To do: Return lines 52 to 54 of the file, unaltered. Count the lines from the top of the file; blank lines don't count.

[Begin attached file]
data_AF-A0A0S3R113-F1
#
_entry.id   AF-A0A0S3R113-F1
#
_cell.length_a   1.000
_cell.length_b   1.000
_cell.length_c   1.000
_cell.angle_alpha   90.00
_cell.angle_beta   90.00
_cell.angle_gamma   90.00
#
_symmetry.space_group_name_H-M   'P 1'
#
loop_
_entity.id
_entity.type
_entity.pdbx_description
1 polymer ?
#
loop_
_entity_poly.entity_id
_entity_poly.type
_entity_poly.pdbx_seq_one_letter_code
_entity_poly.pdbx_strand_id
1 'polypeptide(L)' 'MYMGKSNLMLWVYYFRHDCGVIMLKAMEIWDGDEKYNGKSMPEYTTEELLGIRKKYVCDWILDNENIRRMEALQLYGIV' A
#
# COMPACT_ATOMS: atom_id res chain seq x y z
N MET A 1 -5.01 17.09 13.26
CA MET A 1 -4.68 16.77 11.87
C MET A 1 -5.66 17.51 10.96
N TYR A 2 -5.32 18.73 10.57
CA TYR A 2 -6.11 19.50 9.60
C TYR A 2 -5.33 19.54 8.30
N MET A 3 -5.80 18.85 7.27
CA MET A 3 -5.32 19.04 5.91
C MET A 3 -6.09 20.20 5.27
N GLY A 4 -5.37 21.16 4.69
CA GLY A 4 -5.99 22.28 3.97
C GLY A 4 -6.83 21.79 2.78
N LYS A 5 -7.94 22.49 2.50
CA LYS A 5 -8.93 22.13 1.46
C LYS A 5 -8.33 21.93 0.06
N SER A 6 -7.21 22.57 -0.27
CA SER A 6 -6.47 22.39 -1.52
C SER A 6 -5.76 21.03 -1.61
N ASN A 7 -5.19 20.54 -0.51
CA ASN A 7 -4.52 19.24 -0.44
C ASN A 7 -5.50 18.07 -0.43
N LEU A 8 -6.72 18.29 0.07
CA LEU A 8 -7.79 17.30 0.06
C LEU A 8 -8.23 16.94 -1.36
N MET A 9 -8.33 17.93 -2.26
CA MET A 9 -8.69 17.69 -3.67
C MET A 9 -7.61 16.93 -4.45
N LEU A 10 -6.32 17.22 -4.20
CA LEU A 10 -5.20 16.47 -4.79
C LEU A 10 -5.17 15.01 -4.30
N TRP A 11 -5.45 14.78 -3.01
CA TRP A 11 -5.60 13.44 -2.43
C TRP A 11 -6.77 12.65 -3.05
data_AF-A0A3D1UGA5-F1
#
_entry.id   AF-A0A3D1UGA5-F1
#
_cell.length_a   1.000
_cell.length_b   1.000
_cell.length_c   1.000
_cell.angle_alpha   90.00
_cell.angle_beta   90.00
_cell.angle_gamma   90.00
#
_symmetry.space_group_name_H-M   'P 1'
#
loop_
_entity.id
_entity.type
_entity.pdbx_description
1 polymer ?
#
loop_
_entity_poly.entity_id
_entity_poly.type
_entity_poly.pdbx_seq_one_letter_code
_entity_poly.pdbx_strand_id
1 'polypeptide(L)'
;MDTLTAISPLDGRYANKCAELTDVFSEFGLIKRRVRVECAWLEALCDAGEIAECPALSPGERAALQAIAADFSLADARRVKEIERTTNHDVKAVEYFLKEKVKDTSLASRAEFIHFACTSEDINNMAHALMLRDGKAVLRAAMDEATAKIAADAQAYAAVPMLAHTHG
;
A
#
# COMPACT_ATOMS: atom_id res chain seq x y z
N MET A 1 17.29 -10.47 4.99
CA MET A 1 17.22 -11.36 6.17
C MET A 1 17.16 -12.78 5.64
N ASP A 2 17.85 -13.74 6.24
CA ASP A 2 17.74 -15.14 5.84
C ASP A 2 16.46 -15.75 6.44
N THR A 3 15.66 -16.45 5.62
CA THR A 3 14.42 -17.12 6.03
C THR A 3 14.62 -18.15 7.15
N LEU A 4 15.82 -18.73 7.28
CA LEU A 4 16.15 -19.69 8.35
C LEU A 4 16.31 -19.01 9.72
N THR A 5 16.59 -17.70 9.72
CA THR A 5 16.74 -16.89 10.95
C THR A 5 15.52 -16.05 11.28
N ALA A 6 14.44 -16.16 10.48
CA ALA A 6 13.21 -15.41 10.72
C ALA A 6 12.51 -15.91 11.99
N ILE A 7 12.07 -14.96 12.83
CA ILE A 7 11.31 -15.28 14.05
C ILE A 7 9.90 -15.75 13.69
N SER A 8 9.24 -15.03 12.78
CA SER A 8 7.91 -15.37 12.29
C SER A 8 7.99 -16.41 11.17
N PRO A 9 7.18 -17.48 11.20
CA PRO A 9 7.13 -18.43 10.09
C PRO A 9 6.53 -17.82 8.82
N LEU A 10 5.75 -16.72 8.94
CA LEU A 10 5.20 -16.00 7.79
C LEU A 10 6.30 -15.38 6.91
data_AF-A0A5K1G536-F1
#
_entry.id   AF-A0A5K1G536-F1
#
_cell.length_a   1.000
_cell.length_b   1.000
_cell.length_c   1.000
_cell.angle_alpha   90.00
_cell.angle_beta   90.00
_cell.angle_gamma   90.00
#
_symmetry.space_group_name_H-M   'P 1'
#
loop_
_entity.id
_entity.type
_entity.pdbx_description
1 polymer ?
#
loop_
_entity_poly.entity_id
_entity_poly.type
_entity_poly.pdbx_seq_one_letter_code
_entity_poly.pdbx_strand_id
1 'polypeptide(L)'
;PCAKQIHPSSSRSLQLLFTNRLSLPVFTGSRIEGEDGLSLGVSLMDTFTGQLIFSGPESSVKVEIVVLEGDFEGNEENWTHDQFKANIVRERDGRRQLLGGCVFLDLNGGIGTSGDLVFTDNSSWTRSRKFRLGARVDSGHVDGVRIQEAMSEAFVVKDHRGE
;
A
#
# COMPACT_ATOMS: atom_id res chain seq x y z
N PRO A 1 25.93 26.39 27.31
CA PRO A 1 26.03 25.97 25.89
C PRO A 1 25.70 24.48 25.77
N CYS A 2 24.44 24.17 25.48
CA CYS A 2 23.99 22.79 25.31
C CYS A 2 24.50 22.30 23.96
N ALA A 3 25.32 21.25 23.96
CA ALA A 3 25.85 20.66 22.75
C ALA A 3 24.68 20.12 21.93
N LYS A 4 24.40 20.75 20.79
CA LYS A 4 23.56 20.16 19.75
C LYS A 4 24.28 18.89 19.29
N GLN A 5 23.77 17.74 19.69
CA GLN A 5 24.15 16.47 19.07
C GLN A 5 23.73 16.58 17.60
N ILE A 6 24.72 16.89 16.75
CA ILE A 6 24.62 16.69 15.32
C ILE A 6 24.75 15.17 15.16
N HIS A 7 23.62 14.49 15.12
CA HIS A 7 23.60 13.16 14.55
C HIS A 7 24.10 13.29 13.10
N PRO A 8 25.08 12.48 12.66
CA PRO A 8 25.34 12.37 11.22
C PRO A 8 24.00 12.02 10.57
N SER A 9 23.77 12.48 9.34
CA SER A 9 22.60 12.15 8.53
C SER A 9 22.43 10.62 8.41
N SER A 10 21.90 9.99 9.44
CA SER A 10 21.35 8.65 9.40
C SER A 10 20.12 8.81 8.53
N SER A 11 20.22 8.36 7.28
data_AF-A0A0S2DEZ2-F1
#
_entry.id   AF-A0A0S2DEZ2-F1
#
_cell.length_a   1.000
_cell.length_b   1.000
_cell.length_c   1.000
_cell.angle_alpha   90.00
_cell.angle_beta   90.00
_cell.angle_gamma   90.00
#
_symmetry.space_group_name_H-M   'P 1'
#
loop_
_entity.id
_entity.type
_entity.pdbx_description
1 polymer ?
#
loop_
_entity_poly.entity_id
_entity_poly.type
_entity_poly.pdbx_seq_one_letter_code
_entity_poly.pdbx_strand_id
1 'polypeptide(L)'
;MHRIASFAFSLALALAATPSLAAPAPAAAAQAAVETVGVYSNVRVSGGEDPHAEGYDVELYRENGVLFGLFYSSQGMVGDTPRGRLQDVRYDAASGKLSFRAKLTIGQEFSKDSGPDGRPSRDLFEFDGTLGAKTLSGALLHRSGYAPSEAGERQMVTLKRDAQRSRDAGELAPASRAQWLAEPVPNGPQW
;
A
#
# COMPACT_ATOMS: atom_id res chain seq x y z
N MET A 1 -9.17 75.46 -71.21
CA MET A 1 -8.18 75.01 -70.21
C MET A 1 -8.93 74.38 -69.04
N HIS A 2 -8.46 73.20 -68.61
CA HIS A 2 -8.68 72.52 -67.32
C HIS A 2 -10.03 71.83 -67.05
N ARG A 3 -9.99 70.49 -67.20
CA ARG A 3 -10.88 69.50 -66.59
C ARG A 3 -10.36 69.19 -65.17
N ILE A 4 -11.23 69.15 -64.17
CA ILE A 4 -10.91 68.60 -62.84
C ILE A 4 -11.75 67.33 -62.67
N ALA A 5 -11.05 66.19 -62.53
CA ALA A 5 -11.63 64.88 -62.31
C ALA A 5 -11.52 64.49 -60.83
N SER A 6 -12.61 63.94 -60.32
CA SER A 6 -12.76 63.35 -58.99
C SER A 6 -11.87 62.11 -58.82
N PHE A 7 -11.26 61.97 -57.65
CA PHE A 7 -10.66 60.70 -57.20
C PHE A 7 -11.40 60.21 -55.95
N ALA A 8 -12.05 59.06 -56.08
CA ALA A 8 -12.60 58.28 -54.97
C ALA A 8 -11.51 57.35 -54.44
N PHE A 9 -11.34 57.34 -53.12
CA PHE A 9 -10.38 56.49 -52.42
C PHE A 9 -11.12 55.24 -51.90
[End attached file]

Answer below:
N MET A 9 -8.33 17.93 -2.26
CA MET A 9 -8.69 17.69 -3.67
C MET A 9 -7.61 16.93 -4.45